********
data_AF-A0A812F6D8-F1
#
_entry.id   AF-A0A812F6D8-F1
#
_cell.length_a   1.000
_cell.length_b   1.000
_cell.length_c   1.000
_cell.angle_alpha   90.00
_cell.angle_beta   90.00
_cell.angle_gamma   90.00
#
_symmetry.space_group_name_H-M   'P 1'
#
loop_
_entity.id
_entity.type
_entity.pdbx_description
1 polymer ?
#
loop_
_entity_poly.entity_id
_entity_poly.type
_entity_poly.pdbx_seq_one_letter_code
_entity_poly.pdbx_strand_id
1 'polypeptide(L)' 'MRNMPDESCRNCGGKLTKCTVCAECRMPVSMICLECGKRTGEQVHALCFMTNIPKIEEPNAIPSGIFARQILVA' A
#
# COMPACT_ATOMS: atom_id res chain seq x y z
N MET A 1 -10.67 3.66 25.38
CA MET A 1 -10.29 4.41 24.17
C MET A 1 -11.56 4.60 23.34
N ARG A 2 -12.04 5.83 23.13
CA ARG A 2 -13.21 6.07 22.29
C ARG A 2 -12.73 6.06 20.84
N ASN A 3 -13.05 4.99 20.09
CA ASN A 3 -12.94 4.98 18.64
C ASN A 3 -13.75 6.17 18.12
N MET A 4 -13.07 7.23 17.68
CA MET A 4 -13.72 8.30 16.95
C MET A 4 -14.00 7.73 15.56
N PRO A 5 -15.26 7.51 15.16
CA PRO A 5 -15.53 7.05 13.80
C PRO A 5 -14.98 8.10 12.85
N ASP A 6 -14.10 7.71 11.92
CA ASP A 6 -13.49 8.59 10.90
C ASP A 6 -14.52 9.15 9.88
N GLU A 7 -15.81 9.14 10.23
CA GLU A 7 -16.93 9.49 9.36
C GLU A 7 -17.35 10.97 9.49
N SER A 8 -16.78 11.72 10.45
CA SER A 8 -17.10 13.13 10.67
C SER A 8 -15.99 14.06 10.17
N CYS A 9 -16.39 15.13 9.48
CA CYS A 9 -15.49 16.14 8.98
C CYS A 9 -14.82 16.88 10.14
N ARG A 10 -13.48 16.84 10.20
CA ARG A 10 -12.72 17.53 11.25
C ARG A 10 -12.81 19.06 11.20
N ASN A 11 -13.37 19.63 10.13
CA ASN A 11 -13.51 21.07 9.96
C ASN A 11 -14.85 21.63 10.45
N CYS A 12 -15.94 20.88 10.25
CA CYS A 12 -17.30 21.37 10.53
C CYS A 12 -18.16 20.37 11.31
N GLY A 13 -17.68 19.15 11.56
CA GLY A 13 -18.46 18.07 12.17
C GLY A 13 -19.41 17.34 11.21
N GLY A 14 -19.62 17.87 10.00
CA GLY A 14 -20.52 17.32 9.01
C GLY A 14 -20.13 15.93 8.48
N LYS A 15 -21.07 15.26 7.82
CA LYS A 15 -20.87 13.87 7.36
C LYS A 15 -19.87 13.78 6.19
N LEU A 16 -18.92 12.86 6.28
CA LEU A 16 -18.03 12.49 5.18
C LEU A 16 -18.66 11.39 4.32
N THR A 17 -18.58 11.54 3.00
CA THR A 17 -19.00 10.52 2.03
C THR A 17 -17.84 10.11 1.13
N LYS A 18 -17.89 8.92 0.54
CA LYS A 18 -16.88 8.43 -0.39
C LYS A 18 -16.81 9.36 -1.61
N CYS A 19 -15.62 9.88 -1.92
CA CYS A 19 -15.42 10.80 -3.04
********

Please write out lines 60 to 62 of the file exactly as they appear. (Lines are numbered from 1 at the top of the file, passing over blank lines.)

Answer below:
C ASN A 11 -14.85 21.63 10.45
N CYS A 12 -15.94 20.88 10.25
CA CYS A 12 -17.30 21.37 10.53